A billion-US dollar Chinese plan to invest in Western Digital Corp (WDC) is designed to plug the US data storage firm into a network of influential tech players carefully constructed by Beijing’s Tsinghua University, the alma mater of Chinese President Xi Jinping (習近平).
For US$3.8 billion, a unit of state-owned Tsinghua Holdings Co (清華控股) is to get a 15 percent stake in Western Digital, according to the deal, which was signed on Wednesday.
What Tsinghua — run by a university committee — hopes to get is the latest in a string of domestic and foreign footholds in data storage and the chip market, an area deemed of strategic importance by Beijing.
The deal follows Tsinghua’s US$23 billion move to buy US chipmaker Micron Technology Inc as China ramps up efforts to develop chips expertise.
However, the Micron plan has been clouded by US concerns over national security, while some say the Western Digital deal might follow suit.
“Its [Tsinghua’s] Chinese government affiliation is making its overseas acquisition more difficult,” said Carlos Peng (彭國維), an analyst at Fubon Securities Investment Services Co (富邦投顧) in Taipei.
Western Digital hopes selling the minority stake to Tsinghua’s Unisplendour Corp (紫光) would help it avoid rigorous regulatory scrutiny.
If the deal goes through, the California-based firm will have a new investor with a wide range of Chinese tech units, from IT services provider Unisplendour to biotechnology firm Chengzhi Shareholding Co (誠志股份).
The Tsinghua network also stretches to other US firms.
“We think the cash infusion bolsters WDC’s already strong balance sheet,” RBC Capital Markets analyst Amit Daryanani said on Wednesday in a note to clients.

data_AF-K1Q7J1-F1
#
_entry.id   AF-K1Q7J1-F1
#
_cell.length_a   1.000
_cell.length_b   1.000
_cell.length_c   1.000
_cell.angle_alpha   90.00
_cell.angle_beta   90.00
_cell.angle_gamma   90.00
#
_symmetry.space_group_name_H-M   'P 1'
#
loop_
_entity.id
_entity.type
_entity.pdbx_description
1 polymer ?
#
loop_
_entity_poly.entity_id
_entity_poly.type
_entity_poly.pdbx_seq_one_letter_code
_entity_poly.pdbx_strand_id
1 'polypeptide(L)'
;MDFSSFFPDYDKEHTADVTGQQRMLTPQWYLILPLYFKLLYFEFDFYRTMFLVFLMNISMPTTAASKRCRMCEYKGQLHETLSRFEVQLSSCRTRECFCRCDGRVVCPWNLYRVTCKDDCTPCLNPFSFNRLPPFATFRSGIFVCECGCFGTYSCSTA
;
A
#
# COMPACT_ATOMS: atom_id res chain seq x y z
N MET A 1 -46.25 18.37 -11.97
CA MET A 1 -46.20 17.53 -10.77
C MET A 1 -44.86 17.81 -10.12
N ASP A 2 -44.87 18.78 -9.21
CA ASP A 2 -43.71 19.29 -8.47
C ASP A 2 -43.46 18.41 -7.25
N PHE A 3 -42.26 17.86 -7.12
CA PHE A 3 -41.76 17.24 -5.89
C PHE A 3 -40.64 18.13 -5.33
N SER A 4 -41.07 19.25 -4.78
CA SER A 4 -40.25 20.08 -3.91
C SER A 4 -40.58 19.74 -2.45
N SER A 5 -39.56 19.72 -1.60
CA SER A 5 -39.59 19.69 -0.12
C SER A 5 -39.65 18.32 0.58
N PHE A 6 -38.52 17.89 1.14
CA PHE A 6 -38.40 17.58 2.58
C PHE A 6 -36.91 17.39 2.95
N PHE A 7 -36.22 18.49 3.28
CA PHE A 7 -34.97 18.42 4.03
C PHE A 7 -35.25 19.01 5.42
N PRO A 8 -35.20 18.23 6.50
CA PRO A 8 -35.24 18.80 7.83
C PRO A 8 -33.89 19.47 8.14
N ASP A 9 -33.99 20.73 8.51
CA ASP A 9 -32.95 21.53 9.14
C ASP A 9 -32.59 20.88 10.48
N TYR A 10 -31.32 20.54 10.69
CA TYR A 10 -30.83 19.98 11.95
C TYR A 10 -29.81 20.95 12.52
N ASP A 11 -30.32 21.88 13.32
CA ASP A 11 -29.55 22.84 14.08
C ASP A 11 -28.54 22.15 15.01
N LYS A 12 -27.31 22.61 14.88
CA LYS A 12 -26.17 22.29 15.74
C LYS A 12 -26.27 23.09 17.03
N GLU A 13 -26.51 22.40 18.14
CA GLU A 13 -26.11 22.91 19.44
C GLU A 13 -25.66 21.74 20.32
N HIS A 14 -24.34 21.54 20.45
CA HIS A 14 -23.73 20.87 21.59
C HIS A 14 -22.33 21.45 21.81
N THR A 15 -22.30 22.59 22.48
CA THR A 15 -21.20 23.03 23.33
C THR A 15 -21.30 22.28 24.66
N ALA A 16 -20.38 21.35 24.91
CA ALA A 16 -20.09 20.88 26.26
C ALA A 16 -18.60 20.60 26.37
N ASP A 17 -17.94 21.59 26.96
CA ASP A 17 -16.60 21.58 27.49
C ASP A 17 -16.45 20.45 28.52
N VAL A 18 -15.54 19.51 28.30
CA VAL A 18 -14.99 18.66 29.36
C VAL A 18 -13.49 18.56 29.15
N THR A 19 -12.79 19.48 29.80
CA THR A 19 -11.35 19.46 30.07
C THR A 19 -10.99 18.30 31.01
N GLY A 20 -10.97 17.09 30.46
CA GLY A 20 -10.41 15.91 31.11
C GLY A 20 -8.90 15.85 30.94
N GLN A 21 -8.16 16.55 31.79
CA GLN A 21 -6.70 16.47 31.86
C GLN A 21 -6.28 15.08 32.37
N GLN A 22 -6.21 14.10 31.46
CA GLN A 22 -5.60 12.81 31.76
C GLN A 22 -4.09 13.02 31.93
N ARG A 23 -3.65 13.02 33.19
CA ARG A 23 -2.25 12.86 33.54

Expansion in storage systems and flash memory, which is faster than traditional hard drives, have been focuses for Western Digital, Daryanani said.
“We could see the company take a bigger step in both these directions from an M&A [mergers and acquisitions] perspective,” he added.
Western Digital said in a statement that it would use cash from the deal to improve its balance sheet and pursue growth initiatives.
The Irvine, California-based company had about US$5.3 billion in cash at the end of its most-recent quarter, according to data compiled by Bloomberg.
Unisplendour agreed to purchase a 15 percent stake in the US company by buying newly issued shares at US$92.5 apiece, 33 percent higher than their closing price on Tuesday.
Its stock rose 15 percent to US$79.44 at the close on Wednesday in New York, marking the biggest gain in three years.
The deal is Unisplendour’s biggest acquisition this year, after agreeing in May to pay US$2.3 billion for a 51 percent stake of Hewlett-Packard Co’s H3C Technologies Co (華三通信技術), creating a Chinese tech hub that houses H3C’s networking operation alongside its China-based server, data-storage and technology-services businesses.
Last year, Intel Corp bought a US$1.5 billion, 20 percent stake in two mobile chipmakers under Tsinghua’s umbrella.
That provided the Chinese firm with support from a US semiconductor giant on chip design and development within China itself — a landmark deal for Beijing.
“It [China] is producing its own products rather than just contract making. It is because there is demand from local consumption,” Gartner Inc analyst Tracy Tsai (蔡惠芬) said.
“Tsinghua, with its state-backed role, plays a key part under this background. It needs to introduce partners through mergers and acquisitions and help China boost its technology know-how,” Tsai said.
Additional reporting by Bloomberg
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